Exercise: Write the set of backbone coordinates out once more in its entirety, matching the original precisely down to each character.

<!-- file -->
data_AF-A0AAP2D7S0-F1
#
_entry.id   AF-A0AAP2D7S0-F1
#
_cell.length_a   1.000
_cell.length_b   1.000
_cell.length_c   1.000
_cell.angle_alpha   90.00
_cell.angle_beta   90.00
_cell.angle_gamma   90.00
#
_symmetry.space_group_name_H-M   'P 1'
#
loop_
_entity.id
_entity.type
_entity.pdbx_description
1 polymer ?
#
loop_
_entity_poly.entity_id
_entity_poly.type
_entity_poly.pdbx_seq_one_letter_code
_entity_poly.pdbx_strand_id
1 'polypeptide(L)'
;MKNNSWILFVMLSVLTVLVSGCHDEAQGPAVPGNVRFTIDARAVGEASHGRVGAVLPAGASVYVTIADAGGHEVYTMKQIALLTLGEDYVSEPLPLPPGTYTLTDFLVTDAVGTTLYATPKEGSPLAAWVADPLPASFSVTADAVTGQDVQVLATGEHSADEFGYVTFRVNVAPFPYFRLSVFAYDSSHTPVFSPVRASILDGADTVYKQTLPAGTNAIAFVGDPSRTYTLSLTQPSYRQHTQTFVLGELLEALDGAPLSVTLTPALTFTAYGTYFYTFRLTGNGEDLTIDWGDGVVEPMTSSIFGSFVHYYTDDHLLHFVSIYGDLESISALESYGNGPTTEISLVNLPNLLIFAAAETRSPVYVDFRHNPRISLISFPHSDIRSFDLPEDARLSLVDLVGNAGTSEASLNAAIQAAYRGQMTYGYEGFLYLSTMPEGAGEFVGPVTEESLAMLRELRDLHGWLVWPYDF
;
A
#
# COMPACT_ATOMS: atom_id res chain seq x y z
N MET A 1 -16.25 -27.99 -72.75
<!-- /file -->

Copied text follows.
data_AF-A0AAP2D7S0-F1
#
_entry.id   AF-A0AAP2D7S0-F1
#
_cell.length_a   1.000
_cell.length_b   1.000
_cell.length_c   1.000
_cell.angle_alpha   90.00
_cell.angle_beta   90.00
_cell.angle_gamma   90.00
#
_symmetry.space_group_name_H-M   'P 1'
#
loop_
_entity.id
_entity.type
_entity.pdbx_description
1 polymer ?
#
loop_
_entity_poly.entity_id
_entity_poly.type
_entity_poly.pdbx_seq_one_letter_code
_entity_poly.pdbx_strand_id
1 'polypeptide(L)'
;MKNNSWILFVMLSVLTVLVSGCHDEAQGPAVPGNVRFTIDARAVGEASHGRVGAVLPAGASVYVTIADAGGHEVYTMKQIALLTLGEDYVSEPLPLPPGTYTLTDFLVTDAVGTTLYATPKEGSPLAAWVADPLPASFSVTADAVTGQDVQVLATGEHSADEFGYVTFRVNVAPFPYFRLSVFAYDSSHTPVFSPVRASILDGADTVYKQTLPAGTNAIAFVGDPSRTYTLSLTQPSYRQHTQTFVLGELLEALDGAPLSVTLTPALTFTAYGTYFYTFRLTGNGEDLTIDWGDGVVEPMTSSIFGSFVHYYTDDHLLHFVSIYGDLESISALESYGNGPTTEISLVNLPNLLIFAAAETRSPVYVDFRHNPRISLISFPHSDIRSFDLPEDARLSLVDLVGNAGTSEASLNAAIQAAYRGQMTYGYEGFLYLSTMPEGAGEFVGPVTEESLAMLRELRDLHGWLVWPYDF
;
A
#
# COMPACT_ATOMS: atom_id res chain seq x y z
N MET A 1 -16.25 -27.99 -72.75